Anti-Marcellus Shale cycling activists known as the Tour de Frack will come through Pittsburgh Sunday and hold a reception at the Pump House in Homestead at 7:30 PM with entertainment by local musicians, including Mike Stout.
The cyclists will leave Pittsburgh Monday morning, according to Jason Bell of Evans City in Butler County, traveling through small towns, parks and large cities and holding awareness events before joining "Stop the Frack Attack," the first national anti-fracking rally with 10,000 participants expected on the National Mall in Washington, D.C. on July 28.
Bell said the industry has yet to show fracking can be done safely, and the Pennsylvania Department of Environmental Protection is not protecting people, as homeowners all over the state report similar problems with water contamination, air pollution, and a decrease in property values because of heavy truck traffic.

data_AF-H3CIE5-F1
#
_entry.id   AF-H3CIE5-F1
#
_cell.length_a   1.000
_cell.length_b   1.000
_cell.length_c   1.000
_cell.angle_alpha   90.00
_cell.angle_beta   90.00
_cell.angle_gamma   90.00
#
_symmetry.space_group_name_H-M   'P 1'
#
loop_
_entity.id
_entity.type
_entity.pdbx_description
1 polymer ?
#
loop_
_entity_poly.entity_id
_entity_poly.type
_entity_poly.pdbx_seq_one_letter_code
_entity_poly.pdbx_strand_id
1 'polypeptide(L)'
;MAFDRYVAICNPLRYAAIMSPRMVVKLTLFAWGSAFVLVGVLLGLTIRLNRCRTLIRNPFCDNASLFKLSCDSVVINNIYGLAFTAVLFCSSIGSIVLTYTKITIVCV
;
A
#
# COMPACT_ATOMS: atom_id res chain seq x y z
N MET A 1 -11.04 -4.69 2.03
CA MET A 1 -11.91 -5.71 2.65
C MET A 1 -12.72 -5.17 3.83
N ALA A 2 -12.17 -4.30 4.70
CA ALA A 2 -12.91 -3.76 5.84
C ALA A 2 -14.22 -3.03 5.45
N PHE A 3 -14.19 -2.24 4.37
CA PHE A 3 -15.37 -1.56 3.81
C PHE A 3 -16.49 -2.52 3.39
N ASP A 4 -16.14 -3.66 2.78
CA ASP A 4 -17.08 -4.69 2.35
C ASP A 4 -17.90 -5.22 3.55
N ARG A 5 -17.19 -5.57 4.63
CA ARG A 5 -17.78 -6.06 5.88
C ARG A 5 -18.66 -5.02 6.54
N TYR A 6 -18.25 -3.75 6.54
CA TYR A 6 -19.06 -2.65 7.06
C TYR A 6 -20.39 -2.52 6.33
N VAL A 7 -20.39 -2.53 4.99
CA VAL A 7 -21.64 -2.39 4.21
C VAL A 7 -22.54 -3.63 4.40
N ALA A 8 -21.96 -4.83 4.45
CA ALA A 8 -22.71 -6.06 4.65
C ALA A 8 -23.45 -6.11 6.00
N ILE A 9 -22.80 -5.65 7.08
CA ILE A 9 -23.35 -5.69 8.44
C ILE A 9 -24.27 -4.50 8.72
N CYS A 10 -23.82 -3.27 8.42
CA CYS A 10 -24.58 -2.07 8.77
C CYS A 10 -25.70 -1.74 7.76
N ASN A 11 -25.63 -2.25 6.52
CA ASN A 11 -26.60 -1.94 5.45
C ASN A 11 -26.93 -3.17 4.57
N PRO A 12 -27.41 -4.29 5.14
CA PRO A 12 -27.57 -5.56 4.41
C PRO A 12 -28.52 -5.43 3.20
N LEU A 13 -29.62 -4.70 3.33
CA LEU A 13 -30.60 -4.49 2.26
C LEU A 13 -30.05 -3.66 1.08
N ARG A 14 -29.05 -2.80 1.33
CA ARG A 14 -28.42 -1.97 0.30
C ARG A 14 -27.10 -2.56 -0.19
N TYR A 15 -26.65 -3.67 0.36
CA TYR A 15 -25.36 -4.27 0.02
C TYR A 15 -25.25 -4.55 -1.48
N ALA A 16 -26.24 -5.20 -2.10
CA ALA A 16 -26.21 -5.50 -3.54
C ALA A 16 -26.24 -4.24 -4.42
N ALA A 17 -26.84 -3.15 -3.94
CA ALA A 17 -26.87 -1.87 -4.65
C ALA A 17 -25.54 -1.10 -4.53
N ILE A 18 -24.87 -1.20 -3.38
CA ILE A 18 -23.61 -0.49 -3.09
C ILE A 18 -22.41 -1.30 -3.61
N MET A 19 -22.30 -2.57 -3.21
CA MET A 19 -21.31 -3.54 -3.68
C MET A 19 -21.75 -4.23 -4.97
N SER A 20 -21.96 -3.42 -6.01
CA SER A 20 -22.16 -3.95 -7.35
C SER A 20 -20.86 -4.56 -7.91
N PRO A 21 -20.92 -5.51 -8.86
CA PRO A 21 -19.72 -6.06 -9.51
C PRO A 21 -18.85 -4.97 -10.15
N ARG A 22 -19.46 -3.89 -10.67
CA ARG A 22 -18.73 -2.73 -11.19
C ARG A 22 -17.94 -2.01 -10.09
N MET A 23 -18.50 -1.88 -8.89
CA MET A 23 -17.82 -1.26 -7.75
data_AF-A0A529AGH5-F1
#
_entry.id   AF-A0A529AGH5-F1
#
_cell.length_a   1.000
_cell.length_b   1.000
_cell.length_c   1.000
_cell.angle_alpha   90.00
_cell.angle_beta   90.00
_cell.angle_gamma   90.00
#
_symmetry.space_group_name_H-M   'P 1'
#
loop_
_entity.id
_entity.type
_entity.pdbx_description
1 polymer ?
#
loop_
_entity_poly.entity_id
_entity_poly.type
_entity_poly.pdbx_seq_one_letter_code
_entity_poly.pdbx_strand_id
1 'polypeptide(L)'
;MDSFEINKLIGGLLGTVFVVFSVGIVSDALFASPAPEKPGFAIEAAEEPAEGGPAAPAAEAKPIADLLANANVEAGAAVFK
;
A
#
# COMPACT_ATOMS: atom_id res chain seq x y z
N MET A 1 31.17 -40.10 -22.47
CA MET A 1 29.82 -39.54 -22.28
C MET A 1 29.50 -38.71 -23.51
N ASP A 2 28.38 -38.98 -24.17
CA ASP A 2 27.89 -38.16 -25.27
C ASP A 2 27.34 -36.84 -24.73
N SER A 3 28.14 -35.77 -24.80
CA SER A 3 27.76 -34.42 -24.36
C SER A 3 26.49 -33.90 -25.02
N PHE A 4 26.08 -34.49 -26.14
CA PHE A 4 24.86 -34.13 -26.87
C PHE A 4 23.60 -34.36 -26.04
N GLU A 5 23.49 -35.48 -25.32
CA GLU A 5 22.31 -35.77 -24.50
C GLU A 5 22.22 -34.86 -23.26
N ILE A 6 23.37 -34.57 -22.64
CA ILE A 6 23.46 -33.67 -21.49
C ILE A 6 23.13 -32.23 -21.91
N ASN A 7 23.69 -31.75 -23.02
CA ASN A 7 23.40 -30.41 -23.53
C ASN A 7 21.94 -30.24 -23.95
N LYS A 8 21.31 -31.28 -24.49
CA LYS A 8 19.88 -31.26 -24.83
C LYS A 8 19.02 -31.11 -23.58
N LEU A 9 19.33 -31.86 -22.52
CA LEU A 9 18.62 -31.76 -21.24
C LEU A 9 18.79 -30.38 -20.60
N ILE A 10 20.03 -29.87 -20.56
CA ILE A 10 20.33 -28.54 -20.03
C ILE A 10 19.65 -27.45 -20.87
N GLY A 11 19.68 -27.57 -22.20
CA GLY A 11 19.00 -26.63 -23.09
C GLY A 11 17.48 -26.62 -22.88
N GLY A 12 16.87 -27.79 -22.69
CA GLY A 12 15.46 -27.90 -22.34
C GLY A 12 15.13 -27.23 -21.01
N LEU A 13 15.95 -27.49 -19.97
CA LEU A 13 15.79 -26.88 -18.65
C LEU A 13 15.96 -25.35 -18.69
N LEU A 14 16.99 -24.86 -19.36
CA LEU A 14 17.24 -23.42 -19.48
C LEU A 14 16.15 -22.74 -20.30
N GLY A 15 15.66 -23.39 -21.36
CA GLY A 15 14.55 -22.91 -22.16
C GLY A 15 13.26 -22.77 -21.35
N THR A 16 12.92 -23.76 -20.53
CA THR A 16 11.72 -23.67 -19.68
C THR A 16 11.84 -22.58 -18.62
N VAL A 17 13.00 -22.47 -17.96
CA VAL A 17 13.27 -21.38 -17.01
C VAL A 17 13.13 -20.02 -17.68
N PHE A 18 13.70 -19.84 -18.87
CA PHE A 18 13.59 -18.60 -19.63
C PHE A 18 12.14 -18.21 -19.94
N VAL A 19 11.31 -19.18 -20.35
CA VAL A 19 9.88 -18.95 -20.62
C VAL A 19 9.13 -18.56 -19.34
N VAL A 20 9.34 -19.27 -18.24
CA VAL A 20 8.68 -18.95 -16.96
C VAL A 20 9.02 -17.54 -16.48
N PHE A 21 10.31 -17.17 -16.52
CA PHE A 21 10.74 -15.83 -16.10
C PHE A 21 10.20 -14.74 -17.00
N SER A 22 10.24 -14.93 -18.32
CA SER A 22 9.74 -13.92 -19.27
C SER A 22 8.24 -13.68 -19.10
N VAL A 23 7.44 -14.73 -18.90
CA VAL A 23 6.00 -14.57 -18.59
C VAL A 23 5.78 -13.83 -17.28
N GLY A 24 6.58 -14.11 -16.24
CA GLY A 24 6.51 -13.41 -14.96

Furthermore, said Bell, instead of improving, the failure rate of casings that are supposed to keep contaminants from the drilling process out of aquifers has risen from 6.2% in 2010 to 7.2% so far this year. "We're finding benzene and toluene — these are not things that were there before — also, naturally occurring elements like arsenic, and we are seeing an extraordinary number of people with arsenic poisoning. Some of the symptoms include losing your hair, joint pains, fingernails growing down over the tips of your fingers."
Air quality is easy to ignore, said Bell, because it's invisible, but contaminants are being found such as acetone, toluene and chloromethane in rural areas where the only industry other than fracking is farming.
Bell said meetings are being scheduled for July 28 with representatives in Washington, D.C. to share the human stories of the many people adversely affected by fracking, because the state of Pennsylvania is not taking this threat seriously enough, and the oversight the DEP is providing is "lax and needs improvement."